Three ballet dancers interrupted BP’s third and final Summer Screen in Trafalgar Square[1], 30 minutes before the scheduled broadcast of the opera Cinderella began. The disturbance took the form of a short piece of dance based on Swan Lake [2], with the classic tale used as analogy for BP’s controversial investment in the Canadian tar sands [3],[4]. The performance featured the White Swan being smeared by an oily substance and suffocated with a cloth. The crowd of opera-lovers were very receptive, greeting the grand finale with applause and cheers.

Charlie Byers, who played the prince, explained: “The tar sands are one of the biggest threats to the future of our climate [5]; they are also destroying local communities and wildlife, trampling indigenous rights, and running Canada out of water and natural gas. It is a key time to pressure BP to withdraw, as the corporation has already substantially invested in the tar sands but will not start profiting for years to come.”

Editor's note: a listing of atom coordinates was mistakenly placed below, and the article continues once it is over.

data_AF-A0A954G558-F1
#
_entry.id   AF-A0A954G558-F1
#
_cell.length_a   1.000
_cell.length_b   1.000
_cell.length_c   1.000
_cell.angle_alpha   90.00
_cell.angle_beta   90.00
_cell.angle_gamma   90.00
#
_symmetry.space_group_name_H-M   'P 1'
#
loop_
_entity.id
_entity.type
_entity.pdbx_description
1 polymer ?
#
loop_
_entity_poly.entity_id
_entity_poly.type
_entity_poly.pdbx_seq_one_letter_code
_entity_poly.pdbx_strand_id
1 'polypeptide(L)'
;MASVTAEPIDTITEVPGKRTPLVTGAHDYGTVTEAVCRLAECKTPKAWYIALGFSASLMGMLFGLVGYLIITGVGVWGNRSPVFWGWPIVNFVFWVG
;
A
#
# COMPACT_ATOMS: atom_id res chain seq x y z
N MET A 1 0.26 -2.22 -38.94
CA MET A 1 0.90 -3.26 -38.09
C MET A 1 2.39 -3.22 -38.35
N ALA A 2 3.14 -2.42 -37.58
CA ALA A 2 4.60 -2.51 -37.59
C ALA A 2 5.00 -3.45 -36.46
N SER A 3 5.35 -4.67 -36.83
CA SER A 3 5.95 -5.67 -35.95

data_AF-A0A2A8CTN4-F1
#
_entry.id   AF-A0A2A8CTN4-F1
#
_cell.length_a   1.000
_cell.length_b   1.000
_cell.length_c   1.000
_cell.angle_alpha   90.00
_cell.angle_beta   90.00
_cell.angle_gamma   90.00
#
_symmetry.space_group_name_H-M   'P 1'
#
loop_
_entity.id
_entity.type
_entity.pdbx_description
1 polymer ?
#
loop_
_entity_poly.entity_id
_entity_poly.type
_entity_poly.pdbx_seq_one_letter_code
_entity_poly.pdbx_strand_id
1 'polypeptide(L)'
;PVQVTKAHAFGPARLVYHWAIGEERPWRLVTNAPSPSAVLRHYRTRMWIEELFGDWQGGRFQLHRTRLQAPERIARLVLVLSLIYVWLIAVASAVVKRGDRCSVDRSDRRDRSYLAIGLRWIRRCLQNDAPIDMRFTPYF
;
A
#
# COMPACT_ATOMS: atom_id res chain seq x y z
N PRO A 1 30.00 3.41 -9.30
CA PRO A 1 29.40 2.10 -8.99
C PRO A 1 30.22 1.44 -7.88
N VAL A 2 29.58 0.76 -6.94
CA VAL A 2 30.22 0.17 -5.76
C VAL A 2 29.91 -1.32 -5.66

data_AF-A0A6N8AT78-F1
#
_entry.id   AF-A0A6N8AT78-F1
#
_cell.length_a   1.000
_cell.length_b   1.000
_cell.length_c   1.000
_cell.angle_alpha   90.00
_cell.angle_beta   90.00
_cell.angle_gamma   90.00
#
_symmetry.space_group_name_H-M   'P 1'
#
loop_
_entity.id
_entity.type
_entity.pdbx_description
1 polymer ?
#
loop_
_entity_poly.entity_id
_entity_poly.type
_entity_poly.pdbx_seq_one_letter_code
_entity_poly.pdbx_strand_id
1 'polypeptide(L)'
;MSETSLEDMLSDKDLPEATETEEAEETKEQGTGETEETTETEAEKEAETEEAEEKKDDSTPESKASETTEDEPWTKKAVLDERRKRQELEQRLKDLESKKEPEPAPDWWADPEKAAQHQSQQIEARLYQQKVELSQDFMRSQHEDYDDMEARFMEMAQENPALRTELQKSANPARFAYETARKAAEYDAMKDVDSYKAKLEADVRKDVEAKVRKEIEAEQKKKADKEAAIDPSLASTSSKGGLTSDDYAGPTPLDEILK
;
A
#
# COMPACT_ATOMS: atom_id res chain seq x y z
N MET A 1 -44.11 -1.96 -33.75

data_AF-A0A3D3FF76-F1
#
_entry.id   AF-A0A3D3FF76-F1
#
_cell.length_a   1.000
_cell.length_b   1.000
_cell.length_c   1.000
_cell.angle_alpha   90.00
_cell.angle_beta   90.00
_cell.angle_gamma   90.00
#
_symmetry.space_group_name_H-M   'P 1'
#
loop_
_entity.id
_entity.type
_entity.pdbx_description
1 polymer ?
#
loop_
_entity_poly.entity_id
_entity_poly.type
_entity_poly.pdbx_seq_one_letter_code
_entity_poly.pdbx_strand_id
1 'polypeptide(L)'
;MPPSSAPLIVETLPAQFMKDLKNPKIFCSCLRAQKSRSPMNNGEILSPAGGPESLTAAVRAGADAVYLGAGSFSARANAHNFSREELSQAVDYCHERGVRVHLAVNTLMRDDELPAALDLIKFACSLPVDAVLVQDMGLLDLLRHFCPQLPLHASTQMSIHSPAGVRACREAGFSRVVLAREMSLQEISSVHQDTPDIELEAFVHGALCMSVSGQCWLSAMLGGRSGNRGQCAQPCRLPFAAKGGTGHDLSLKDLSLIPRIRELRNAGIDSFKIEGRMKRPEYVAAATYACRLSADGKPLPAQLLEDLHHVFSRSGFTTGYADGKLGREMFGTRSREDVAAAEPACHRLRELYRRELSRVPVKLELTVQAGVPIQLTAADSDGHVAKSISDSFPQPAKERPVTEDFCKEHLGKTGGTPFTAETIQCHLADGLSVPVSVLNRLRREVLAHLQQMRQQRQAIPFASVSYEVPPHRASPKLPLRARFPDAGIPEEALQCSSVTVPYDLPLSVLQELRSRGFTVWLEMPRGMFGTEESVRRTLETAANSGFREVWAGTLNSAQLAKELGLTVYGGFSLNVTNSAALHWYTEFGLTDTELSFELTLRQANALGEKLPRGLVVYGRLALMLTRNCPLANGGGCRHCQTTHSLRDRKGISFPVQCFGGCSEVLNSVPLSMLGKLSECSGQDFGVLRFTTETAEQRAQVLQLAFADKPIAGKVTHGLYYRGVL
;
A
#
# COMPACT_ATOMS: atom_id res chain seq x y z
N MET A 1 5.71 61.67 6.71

Emily Coats, a campaigner with the UK Tar Sands Network, who played the White Swan Odette, said: “Most people have never heard of tar sands, and BP would be happy to keep it that way. We used classical dance – an unusual campaigning medium – to introduce the issue to a new audience. The performance was meant to be enjoyed, but also to shock, with a visible struggle between a vulnerable creature and a powerful oil giant.”

Will McCallum, of campaign group Art of Activism, who played the ‘BP’ villain Rothbart, said: “By sponsoring the Summer Screens, BP is bringing art to thousands of people, but it is also creating a false image which hides its dirty investments. Public pressure has in the past caused institutions to stop accepting sponsorship from destructive companies. Without being able to put its name by our beloved cultural institutions, BP would suffer a real blow to its public legitimacy.”


Images from last night’s event now on Rex Features website and available for media use.

Notes for editors: